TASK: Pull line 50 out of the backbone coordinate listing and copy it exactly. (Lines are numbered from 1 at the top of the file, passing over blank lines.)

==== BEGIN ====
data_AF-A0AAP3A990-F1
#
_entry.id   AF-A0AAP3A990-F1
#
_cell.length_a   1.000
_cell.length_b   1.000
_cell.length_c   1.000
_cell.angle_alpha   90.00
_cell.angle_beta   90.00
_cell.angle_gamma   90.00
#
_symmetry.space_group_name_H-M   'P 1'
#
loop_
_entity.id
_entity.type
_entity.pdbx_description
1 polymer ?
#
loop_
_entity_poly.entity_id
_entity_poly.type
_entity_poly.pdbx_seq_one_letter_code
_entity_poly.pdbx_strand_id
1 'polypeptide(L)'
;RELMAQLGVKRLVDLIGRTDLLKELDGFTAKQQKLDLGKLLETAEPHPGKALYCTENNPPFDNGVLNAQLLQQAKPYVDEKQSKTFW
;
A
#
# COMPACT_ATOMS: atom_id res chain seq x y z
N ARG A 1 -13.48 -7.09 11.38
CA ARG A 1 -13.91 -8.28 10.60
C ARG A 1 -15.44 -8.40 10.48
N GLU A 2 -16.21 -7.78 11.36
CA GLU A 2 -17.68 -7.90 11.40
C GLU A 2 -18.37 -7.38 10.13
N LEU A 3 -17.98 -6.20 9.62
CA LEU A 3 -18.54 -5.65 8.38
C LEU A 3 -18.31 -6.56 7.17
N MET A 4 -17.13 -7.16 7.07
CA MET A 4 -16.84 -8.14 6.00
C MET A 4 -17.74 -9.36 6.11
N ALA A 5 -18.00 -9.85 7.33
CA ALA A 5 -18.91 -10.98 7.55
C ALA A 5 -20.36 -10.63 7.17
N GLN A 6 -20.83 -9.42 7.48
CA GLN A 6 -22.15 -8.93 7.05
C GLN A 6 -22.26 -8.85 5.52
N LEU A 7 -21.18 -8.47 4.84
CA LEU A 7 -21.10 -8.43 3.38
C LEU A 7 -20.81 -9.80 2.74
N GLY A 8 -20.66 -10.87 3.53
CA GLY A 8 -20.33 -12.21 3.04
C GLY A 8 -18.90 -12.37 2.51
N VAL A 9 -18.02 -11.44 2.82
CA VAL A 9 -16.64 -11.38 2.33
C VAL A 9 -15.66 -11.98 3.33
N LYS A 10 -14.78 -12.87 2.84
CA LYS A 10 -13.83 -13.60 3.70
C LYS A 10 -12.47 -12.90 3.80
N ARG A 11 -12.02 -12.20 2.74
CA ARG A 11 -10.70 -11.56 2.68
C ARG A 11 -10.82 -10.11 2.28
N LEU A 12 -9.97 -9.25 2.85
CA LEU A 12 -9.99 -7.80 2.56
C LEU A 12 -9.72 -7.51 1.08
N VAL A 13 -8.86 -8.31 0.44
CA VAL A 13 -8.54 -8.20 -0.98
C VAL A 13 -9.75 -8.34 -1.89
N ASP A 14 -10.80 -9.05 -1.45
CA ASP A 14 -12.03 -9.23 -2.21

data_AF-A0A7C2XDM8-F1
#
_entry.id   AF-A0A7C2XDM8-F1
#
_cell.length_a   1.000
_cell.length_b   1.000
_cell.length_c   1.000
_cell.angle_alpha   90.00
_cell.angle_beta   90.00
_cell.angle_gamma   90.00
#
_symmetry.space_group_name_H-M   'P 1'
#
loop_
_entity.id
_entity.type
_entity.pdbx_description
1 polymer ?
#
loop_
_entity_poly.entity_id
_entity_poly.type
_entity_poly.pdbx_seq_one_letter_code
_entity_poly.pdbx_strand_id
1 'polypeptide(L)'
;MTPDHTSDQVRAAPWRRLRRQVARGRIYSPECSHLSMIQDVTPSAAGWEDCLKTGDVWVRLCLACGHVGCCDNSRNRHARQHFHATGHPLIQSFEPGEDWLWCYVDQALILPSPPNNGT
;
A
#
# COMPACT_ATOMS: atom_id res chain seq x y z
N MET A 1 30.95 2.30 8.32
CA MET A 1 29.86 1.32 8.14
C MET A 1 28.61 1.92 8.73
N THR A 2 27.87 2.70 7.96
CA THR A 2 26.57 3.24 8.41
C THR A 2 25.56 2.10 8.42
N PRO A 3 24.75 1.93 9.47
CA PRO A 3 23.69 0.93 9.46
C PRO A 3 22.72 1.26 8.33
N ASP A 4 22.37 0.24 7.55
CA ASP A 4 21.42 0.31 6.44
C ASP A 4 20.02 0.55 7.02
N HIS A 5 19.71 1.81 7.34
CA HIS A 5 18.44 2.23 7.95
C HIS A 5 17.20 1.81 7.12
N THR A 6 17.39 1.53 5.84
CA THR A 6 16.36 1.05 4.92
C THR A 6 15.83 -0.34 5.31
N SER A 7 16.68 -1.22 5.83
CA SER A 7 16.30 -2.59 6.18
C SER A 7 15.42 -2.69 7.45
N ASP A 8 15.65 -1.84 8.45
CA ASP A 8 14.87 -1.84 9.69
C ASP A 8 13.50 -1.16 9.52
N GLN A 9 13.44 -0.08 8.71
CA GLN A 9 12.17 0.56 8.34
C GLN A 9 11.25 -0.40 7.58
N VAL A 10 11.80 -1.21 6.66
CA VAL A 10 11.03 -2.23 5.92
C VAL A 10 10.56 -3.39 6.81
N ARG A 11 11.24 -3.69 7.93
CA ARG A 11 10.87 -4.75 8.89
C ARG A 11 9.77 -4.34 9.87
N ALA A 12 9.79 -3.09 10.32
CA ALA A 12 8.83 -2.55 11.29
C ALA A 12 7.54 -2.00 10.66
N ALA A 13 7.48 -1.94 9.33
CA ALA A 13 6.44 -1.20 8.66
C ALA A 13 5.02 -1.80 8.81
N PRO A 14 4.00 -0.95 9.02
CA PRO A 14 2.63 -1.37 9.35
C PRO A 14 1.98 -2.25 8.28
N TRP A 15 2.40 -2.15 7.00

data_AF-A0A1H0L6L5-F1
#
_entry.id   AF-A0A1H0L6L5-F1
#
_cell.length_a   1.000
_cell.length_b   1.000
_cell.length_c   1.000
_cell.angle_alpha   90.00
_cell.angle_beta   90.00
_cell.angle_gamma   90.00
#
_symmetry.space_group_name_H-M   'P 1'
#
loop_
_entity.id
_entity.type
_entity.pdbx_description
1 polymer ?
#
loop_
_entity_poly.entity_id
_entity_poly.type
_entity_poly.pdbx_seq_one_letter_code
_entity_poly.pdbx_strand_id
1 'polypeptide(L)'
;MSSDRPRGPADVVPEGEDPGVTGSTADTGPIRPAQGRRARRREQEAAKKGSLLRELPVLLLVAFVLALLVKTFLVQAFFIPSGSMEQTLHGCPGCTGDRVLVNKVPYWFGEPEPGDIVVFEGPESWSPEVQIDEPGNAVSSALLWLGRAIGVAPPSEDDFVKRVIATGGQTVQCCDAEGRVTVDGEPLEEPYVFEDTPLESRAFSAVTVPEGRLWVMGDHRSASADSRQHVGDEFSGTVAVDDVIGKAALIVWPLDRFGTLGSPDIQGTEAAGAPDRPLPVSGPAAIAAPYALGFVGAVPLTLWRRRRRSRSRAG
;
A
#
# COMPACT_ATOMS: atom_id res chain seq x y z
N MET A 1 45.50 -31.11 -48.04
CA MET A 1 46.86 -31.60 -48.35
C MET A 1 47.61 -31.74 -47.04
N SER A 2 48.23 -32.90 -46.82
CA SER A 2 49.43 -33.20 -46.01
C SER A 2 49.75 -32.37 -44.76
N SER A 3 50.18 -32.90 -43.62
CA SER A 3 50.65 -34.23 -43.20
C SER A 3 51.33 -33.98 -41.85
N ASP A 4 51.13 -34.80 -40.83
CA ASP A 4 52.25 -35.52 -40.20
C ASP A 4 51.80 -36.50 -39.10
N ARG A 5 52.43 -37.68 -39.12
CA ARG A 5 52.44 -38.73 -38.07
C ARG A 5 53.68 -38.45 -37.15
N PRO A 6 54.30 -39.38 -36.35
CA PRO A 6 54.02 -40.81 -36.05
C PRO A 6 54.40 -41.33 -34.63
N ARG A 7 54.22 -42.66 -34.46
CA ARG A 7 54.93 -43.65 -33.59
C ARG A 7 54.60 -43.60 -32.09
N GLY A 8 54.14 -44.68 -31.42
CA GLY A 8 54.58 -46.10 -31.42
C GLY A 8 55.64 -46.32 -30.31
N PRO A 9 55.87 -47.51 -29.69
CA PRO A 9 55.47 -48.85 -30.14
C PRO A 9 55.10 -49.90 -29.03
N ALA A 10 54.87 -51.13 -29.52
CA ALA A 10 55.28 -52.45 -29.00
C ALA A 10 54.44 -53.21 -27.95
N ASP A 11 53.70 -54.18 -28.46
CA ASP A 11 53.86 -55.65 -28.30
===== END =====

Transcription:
CA LEU A 7 -21.10 -8.43 3.38